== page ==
In the last blog, we discussed how a perceptron algorithm works in basic computation block called node/neuron and also learnt how these neurons come together to form a deep fully connected and layered neural networks. We also discussed different activation functions. In this blog, we will concentrate on learning/training procedure of neural networks.
Training a Deep Neural Net..
A neural net job is to correctly/accurately predict “y” for a given feature input “X”. The goal of the training is to learn parameters “Weights, Wᵢ” and “Biases, bᵢ” for all nodes in all layers to make predicted output for each training observation as close as possible to the true value. Lets denote all the network learnable parameter ( Wᵢ,bᵢ of all nodes ) as θ
Generally in machine learning we follow 2 important steps to facilitate this training procedure,
1. we will define loss function that calculates the distance between the predicted output and the actual output,
2. Find the parameters that minimise this loss function, i.e minimise the distance between actual and predicted. we’ll use the gradient descent algorithm to optimise for that parameter ( In our example the parameters are “Weights” and “Biases” of each node)
In traditional machine learning models like logistic regression, calculating this gradients is straight forward. But in Neural networks, when the weights of one neuron is not directly impacts the loss, its lot harder to compute the partial derivative of some weight in layer i when the loss is attached to some much later layer.
To find out the gradient for a given weight, we will need to back-propagate the error all the way from the output node to the node of interest. Once obtaining the gradients with respect to all learnable parameters in the network, we can update the parameters with optimisation. Lets look at each step in detail:
The Loss computation step gives us how well our network predicted on the feature Input X. So for a given input X, we must device a loss function L(prediction, actual ). Depends on the whether its classification or regression, the loss function is defined. Let’s look at some popular loss functions:
Once an output prediction y^ is computed for the input X and the network parameters θ. We can calculate loss/error L(ŷ,y), where “y” is the true value of input X.
To improve our prediction, we can use SGD to decrease the error of the whole network. For calculating the gradient(derivative: dL(ŷ,y)/dθᵢ) for each parameter θᵢ, we can use chain rule of calculus.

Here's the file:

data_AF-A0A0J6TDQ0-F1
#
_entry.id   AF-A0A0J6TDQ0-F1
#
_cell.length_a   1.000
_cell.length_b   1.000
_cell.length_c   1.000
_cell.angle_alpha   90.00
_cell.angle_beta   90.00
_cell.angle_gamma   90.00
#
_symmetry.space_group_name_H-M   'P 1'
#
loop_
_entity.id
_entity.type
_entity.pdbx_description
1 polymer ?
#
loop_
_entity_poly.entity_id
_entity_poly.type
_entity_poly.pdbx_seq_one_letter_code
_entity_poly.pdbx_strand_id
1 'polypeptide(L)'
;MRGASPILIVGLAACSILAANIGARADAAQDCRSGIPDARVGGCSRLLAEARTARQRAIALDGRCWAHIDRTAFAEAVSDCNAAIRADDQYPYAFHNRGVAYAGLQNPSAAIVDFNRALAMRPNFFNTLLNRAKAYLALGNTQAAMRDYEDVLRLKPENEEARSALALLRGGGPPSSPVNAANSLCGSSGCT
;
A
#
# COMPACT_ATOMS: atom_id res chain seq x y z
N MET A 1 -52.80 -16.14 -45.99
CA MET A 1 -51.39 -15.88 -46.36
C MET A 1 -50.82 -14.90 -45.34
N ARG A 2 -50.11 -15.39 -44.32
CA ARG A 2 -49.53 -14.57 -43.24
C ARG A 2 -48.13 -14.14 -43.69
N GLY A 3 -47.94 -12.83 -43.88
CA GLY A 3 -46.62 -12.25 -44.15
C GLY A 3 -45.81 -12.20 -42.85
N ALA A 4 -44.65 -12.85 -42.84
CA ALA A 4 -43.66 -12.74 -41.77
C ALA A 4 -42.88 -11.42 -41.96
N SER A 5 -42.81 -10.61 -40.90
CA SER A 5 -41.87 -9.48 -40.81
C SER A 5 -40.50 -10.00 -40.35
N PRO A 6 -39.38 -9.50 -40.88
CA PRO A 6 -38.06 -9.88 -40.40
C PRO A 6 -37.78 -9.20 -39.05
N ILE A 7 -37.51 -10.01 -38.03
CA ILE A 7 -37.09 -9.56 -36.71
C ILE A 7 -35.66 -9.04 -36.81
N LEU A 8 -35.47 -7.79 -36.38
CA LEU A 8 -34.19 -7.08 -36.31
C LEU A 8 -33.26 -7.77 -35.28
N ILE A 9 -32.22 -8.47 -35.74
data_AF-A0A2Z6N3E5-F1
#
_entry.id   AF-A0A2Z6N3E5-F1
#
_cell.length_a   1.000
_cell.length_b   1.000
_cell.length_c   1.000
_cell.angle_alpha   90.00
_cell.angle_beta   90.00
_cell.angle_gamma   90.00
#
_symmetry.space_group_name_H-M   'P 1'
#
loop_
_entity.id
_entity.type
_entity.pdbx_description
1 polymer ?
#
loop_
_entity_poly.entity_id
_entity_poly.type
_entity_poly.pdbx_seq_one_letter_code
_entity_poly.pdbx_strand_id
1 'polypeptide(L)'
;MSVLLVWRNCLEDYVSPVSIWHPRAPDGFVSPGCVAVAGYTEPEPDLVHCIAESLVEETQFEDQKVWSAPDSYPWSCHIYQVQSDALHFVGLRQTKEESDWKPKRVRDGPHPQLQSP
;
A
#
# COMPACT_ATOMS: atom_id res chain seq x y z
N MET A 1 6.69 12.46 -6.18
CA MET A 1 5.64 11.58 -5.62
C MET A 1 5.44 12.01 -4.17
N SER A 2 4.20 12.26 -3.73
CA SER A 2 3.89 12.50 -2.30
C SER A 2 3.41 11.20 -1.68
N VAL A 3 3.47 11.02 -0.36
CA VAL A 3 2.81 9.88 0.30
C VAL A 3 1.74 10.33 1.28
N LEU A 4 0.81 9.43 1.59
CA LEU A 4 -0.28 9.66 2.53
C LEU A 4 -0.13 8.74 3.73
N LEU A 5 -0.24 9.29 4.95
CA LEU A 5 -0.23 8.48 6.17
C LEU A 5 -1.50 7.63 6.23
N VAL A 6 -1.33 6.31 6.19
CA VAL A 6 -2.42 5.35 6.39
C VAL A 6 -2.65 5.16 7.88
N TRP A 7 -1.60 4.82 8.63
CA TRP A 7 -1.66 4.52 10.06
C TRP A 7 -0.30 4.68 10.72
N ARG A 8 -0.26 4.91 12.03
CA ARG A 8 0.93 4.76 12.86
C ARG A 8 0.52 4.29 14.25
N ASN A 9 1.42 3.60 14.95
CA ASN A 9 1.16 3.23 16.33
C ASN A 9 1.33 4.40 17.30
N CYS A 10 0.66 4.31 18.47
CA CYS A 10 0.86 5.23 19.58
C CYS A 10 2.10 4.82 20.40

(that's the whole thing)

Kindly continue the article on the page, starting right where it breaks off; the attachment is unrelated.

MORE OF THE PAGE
Before looking at the example on how to calculate gradients, lets briefly understand the concept of chain rule:
For f (x) = u(v(w(x))),
df(x)/dx can be computed using the as shown in Fig-chain rule.
Let’s look at an example on how to use chain rule for calculating the gradients for a parameter θᵢ:
After obtaining the gradients with respect to all learnable parameters θᵢ in the network, we can update the parameters for each layer according to the learning rate α.
The amount that the weights are updated during training is referred to as the step size or the “learning rate.” If the learning rates are high then the parameter update will be larger. What we discussed till now for training a neural networks is based on gradient descent methods, specifically stochastic gradient decent. The idea of stochastic gradient descent is very simple, it updates to a set of weights θ in the direction of the gradient: dL(ŷ,y)/dθ) to reduce the error L(ŷ,y).
There are other optimisation methods like stochastic gradient decent, the most popular methods are Adagrad, RMS-Prop and ADAM. Let’s briefly discuss them:
Adagrad: it is adaptive gradient-based optimization method. It adapts the learning rate to each of the parameters in the network. it does more updates to infrequent parameters, and less to frequent parameters.
RMS-Prop :It divides the learning rate by an average of squared gradients and decays this exponentially.
ADAM: Adaptive moment estimation like Adagrad is a adaptive optimization method. It also compute learning rates for each parameter, In addition, it also incorporates an average of past gradients
Mini-Batch Gradient Decent: Neither the Whole data is used for updating the model nor a single data point in data is used for updating the model. Mini-batch gradient descent splits the dataset into batches, and the error for a single update is calculated using the mini-batch. It has faster training and quicker convergence.
More Topics: Vanishing gradients, Regularisation(L1,L2), Drop-out and Batch Normalisation are other important concepts in Deep Learning. We will discuss these topics in details in the coming blogs.